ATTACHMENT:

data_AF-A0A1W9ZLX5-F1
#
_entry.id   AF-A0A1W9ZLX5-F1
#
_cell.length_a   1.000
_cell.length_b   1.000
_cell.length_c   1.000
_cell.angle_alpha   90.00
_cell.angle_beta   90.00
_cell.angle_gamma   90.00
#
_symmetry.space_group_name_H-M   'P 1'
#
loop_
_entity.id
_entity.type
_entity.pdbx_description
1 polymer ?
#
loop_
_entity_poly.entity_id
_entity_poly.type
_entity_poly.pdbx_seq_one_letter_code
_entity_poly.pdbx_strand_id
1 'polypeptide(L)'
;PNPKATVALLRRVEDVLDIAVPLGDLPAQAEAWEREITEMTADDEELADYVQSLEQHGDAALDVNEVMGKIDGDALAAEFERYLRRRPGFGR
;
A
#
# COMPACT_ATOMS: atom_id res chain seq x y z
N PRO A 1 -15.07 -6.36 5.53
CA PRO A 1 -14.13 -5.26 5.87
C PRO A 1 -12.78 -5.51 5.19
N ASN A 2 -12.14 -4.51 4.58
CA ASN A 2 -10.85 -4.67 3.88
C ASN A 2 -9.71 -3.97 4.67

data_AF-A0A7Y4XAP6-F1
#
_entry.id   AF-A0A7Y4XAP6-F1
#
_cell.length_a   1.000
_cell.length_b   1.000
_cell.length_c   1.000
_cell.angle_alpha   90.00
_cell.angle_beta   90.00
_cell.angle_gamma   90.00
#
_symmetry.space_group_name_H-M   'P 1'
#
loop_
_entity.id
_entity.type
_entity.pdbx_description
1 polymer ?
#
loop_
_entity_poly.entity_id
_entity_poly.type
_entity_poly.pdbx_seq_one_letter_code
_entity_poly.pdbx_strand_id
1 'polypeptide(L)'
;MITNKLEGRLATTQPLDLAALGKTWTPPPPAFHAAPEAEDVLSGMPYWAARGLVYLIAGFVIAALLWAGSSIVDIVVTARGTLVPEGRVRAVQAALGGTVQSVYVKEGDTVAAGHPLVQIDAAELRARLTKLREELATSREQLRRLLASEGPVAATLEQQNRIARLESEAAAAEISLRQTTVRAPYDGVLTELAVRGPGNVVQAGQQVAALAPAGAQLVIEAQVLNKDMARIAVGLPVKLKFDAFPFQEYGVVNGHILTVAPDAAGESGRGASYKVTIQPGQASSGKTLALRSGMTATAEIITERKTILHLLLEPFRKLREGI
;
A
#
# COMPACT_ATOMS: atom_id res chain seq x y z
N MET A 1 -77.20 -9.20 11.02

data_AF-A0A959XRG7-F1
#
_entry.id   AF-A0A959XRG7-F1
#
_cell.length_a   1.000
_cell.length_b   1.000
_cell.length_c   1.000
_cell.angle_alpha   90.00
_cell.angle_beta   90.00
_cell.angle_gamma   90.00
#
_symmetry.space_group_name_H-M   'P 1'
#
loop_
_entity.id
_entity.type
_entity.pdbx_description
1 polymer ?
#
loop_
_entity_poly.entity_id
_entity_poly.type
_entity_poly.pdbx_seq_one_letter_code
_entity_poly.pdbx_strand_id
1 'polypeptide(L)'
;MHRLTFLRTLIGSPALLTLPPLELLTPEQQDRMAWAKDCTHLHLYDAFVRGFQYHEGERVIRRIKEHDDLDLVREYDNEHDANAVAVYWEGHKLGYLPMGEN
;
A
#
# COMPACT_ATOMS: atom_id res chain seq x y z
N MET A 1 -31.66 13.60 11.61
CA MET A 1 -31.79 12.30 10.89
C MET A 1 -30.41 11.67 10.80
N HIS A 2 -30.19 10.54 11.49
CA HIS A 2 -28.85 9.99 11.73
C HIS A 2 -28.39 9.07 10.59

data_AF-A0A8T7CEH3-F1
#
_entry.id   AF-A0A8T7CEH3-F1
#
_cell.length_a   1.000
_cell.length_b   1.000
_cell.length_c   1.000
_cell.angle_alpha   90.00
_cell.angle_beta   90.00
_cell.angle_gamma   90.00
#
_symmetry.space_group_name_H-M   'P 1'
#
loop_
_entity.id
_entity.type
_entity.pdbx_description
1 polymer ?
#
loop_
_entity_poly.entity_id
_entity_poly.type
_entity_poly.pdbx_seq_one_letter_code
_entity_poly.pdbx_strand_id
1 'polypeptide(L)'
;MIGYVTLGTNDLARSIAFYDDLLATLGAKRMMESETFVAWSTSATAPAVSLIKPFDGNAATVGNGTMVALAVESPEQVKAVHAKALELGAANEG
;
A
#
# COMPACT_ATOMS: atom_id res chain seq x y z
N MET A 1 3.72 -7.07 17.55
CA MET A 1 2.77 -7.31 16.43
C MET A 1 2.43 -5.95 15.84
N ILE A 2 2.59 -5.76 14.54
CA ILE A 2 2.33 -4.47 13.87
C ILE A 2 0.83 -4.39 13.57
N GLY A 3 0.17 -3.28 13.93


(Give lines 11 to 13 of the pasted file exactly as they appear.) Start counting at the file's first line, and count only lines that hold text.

#
_symmetry.space_group_name_H-M   'P 1'
#